After the second episode of Sherlock series 3, understandably, the reaction was interesting. Whilst some people thought it was normal sherlock in a different format, others thought the show was indulgent and, in the most appropriate non-existent word, fangirly. And it’s a very big divide on that.

But here is where I stand on that matter, and here me out, and you may agree or you may not. I don’t think it was a remotely normal sherlock, but I don’t think it would have been appropriate for it to have been normal. Sherlock concealed his being alive from his best friend for two years, and when he finally returned, this man was marrying a woman he truly loves. He’s moved on. Everything has changed. The game has changed.

And therefore the more insensitive thing for the story to have done was to write itself like Sherlock had never been away, and Watson is not getting married, and the two, as before, run around solving huge cases despite the fact John now lives with another and has a job. How would it be fair and human to the characters? So yes, I think it’s indulgent and it’s fangirly, because finally the man who worked so hard to pretend he’s not human and he has no friends faces the fact that he has made a friend, hurt him, and now will, in some light, loose him from his life. And of course, Sherlock, in his own way, (and weddings are always soppy), has to come to terms with this fact. It also visits all the other characters and shows how they’ve changed over the two years – their attitudes, confidence, etc. It’s a very human episode. What more human a setting than a wedding to celebrate love? And in that sense, Sherlock almost celebrated his as well.

My response to those unhappy with the quality of the stories, and the lack of a big case within them, I understand. This series isn’t the best. I feel it is more of a nod to the people who are already empathising with the characters, and who have followed through this far. But I still think it excels as a television drama. Third series’ are famously never as good as the first, and in this case, second either, but we are seeing a side to the characters that I think you’ll want to embrace. I’m not excusing the fact it’s not as good, but simply saying, perhaps it’s not ‘not as good’, maybe it’s just different. And difference tends to be a good thing.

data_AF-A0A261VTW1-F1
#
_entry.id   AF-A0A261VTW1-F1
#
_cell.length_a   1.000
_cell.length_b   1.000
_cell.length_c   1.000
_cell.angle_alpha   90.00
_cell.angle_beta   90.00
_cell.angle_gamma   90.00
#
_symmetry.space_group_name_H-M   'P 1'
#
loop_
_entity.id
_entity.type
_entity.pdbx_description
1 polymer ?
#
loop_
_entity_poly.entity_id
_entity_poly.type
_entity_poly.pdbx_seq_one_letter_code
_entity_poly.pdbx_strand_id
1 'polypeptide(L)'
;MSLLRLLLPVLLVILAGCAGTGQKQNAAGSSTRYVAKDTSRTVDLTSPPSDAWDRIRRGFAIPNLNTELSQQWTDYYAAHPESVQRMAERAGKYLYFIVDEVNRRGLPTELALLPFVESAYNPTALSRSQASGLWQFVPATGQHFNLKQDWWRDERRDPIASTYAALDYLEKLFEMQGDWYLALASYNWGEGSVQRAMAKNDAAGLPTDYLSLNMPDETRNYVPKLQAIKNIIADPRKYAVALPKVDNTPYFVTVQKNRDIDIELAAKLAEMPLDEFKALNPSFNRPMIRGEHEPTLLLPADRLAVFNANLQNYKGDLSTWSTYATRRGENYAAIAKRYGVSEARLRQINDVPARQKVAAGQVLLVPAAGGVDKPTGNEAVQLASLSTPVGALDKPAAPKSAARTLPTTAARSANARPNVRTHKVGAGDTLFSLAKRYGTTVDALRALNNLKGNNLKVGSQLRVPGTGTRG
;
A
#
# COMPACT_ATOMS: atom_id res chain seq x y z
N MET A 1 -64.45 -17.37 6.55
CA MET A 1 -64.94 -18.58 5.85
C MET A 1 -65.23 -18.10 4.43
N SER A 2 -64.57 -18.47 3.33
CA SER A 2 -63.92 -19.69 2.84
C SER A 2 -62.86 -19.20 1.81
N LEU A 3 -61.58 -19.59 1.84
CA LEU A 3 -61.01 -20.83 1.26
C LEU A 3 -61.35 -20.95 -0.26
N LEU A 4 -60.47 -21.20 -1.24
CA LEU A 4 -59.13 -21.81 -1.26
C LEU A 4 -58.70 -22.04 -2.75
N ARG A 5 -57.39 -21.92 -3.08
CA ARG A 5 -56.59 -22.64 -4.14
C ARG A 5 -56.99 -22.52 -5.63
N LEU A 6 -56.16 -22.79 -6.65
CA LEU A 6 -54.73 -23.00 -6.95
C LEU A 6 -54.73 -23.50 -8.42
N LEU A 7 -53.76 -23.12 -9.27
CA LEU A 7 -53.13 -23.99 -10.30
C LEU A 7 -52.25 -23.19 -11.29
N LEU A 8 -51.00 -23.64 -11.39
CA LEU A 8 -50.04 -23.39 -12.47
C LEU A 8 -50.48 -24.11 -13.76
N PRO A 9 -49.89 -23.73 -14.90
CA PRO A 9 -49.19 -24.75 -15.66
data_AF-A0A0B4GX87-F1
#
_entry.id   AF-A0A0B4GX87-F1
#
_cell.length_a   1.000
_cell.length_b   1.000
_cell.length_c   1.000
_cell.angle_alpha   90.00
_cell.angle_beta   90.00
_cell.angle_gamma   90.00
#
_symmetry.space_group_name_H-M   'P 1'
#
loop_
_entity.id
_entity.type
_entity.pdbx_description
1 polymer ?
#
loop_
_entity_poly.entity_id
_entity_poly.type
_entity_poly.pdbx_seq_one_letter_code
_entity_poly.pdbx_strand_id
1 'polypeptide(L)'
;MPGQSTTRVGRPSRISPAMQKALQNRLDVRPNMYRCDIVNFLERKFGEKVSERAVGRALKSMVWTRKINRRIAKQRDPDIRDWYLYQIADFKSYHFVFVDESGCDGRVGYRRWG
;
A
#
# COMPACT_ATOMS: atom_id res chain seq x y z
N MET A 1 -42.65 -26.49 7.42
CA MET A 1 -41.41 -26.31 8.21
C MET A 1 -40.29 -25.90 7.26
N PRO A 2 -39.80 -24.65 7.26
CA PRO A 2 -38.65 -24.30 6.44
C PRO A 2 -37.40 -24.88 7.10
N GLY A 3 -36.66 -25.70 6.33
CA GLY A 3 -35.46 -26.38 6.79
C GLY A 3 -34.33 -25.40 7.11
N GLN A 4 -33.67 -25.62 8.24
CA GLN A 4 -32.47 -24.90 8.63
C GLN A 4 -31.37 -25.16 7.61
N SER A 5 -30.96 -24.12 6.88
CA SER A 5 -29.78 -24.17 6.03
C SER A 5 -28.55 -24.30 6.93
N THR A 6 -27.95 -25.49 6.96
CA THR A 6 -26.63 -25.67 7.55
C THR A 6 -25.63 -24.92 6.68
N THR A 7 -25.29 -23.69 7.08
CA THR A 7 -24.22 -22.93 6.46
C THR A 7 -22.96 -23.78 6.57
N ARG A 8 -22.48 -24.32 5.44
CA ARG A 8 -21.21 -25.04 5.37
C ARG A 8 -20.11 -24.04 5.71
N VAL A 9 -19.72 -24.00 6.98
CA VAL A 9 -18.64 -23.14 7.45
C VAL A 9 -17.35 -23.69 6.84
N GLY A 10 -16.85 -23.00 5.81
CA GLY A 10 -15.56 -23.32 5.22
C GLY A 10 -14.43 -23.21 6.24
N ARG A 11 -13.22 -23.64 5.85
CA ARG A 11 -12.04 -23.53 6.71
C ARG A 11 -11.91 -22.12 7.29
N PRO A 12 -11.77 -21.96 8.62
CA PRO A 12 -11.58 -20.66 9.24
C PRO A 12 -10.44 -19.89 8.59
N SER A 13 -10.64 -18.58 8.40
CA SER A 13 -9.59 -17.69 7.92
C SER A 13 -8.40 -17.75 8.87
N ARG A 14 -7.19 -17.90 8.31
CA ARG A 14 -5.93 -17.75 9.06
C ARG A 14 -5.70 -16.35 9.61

This past episode was all about emotion, external and internal. (SPOILER AHEAD) I can tell you that from the final scene with Sherlock standing in the middle of the dance floor, looking around. You didn’t just watch him there, thinking ‘oh poor soul doesn’t know how to be social’, because that’s not how it was anymore. You saw him in all his humanity, exactly as yourself, and felt in you, the time you’d stood alone on a dance floor. His genius intellect and raging arrogance was stripped away in the tiny second he was there, to a certain kind of human vulnerability. See, that’s the relatable part.

Moffat messed up Doctor Who, that’s a given. There was little emotion going on around the characters in doctor who, and the stories weren’t anything. I’d encourage you to stop worrying that the same will happen to Sherlock, despite the fact I myself sometimes tremble at the thought. Moffat isn’t the sole writer of Sherlock, and despite his run at a doctor who series, has done some incredible writing in the past. And Sherlock also is an entirely different audience, with entirely different expectations, so it can’t be written the same as Doctor Who.

My point is that Sherlock is different, you could maybe even argue it’s not as good this series, but I don’t think it would be right to be the same. It’s changed. It may have been fun to see the big cases being solved again, but I’m going to embrace the changed characters. And with an episode ahead, you may even be surprised again. After all, Sherlock’s not short of enemies. But hopefully, you’re not added to the list.

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